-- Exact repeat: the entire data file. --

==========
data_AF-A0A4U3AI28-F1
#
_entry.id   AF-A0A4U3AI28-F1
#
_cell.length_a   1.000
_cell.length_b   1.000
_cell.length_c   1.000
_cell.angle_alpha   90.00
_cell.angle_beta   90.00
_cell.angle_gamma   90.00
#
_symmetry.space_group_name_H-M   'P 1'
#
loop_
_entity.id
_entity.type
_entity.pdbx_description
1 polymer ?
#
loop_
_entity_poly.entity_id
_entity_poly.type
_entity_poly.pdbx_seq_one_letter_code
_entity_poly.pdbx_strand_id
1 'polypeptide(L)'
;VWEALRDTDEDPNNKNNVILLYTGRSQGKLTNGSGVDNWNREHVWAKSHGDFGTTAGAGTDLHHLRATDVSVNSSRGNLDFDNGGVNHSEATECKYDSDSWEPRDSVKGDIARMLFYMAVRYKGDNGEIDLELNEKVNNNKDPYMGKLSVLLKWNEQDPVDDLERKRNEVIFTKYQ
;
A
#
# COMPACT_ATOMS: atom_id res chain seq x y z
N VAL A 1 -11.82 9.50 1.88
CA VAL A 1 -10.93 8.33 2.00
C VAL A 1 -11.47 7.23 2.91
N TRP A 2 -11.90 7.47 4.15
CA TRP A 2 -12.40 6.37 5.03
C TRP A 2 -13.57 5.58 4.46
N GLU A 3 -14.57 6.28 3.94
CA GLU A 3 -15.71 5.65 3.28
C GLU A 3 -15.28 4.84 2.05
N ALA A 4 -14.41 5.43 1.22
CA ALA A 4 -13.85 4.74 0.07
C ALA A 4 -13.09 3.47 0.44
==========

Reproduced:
data_AF-A0A4U3AI28-F1
#
_entry.id   AF-A0A4U3AI28-F1
#
_cell.length_a   1.000
_cell.length_b   1.000
_cell.length_c   1.000
_cell.angle_alpha   90.00
_cell.angle_beta   90.00
_cell.angle_gamma   90.00
#
_symmetry.space_group_name_H-M   'P 1'
#
loop_
_entity.id
_entity.type
_entity.pdbx_description
1 polymer ?
#
loop_
_entity_poly.entity_id
_entity_poly.type
_entity_poly.pdbx_seq_one_letter_code
_entity_poly.pdbx_strand_id
1 'polypeptide(L)'
;VWEALRDTDEDPNNKNNVILLYTGRSQGKLTNGSGVDNWNREHVWAKSHGDFGTTAGAGTDLHHLRATDVSVNSSRGNLDFDNGGVNHSEATECKYDSDSWEPRDSVKGDIARMLFYMAVRYKGDNGEIDLELNEKVNNNKDPYMGKLSVLLKWNEQDPVDDLERKRNEVIFTKYQ
;
A
#
# COMPACT_ATOMS: atom_id res chain seq x y z
N VAL A 1 -11.82 9.50 1.88
CA VAL A 1 -10.93 8.33 2.00
C VAL A 1 -11.47 7.23 2.91
N TRP A 2 -11.90 7.47 4.15
CA TRP A 2 -12.40 6.37 5.03
C TRP A 2 -13.57 5.58 4.46
N GLU A 3 -14.57 6.28 3.94
CA GLU A 3 -15.71 5.65 3.28
C GLU A 3 -15.28 4.84 2.05
N ALA A 4 -14.41 5.43 1.22
CA ALA A 4 -13.85 4.74 0.07
C ALA A 4 -13.09 3.47 0.44